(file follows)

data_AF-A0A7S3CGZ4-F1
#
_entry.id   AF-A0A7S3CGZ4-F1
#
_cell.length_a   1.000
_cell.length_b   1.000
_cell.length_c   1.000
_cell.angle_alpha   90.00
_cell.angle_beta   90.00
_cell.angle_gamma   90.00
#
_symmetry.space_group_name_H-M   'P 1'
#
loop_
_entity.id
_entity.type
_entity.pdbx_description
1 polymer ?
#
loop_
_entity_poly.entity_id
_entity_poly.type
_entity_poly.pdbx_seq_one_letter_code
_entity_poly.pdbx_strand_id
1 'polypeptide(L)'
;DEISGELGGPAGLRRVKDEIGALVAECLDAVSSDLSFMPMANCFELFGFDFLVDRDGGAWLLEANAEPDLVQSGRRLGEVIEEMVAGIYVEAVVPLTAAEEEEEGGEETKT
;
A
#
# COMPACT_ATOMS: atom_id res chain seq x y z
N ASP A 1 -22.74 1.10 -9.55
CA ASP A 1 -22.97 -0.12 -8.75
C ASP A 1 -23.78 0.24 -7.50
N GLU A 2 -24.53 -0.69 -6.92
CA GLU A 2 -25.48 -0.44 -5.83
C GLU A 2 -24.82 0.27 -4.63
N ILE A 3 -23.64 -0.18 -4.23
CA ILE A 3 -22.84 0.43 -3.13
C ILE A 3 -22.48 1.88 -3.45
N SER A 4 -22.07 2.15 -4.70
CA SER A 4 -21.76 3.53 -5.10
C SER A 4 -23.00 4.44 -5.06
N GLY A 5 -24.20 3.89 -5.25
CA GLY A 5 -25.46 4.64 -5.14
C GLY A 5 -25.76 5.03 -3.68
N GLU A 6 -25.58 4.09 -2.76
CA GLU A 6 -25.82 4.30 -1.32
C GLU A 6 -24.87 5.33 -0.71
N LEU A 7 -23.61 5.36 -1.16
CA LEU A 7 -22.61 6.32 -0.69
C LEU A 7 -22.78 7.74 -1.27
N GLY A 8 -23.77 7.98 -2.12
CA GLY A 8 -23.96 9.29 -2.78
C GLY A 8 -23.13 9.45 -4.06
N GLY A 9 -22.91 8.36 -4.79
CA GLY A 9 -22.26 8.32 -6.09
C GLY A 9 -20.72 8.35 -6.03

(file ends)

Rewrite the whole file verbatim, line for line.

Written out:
data_AF-A0A7S3CGZ4-F1
#
_entry.id   AF-A0A7S3CGZ4-F1
#
_cell.length_a   1.000
_cell.length_b   1.000
_cell.length_c   1.000
_cell.angle_alpha   90.00
_cell.angle_beta   90.00
_cell.angle_gamma   90.00
#
_symmetry.space_group_name_H-M   'P 1'
#
loop_
_entity.id
_entity.type
_entity.pdbx_description
1 polymer ?
#
loop_
_entity_poly.entity_id
_entity_poly.type
_entity_poly.pdbx_seq_one_letter_code
_entity_poly.pdbx_strand_id
1 'polypeptide(L)'
;DEISGELGGPAGLRRVKDEIGALVAECLDAVSSDLSFMPMANCFELFGFDFLVDRDGGAWLLEANAEPDLVQSGRRLGEVIEEMVAGIYVEAVVPLTAAEEEEEGGEETKT
;
A
#
# COMPACT_ATOMS: atom_id res chain seq x y z
N ASP A 1 -22.74 1.10 -9.55
CA ASP A 1 -22.97 -0.12 -8.75
C ASP A 1 -23.78 0.24 -7.50
N GLU A 2 -24.53 -0.69 -6.92
CA GLU A 2 -25.48 -0.44 -5.83
C GLU A 2 -24.82 0.27 -4.63
N ILE A 3 -23.64 -0.18 -4.23
CA ILE A 3 -22.84 0.43 -3.13
C ILE A 3 -22.48 1.88 -3.45
N SER A 4 -22.07 2.15 -4.70
CA SER A 4 -21.76 3.53 -5.10
C SER A 4 -23.00 4.44 -5.06
N GLY A 5 -24.20 3.89 -5.25
CA GLY A 5 -25.46 4.64 -5.14
C GLY A 5 -25.76 5.03 -3.68
N GLU A 6 -25.58 4.09 -2.76
CA GLU A 6 -25.82 4.30 -1.32
C GLU A 6 -24.87 5.33 -0.71
N LEU A 7 -23.61 5.36 -1.16
CA LEU A 7 -22.61 6.32 -0.69
C LEU A 7 -22.78 7.74 -1.27
N GLY A 8 -23.77 7.98 -2.12
CA GLY A 8 -23.96 9.29 -2.78
C GLY A 8 -23.13 9.45 -4.06
N GLY A 9 -22.91 8.36 -4.79
CA GLY A 9 -22.26 8.32 -6.09
C GLY A 9 -20.72 8.35 -6.03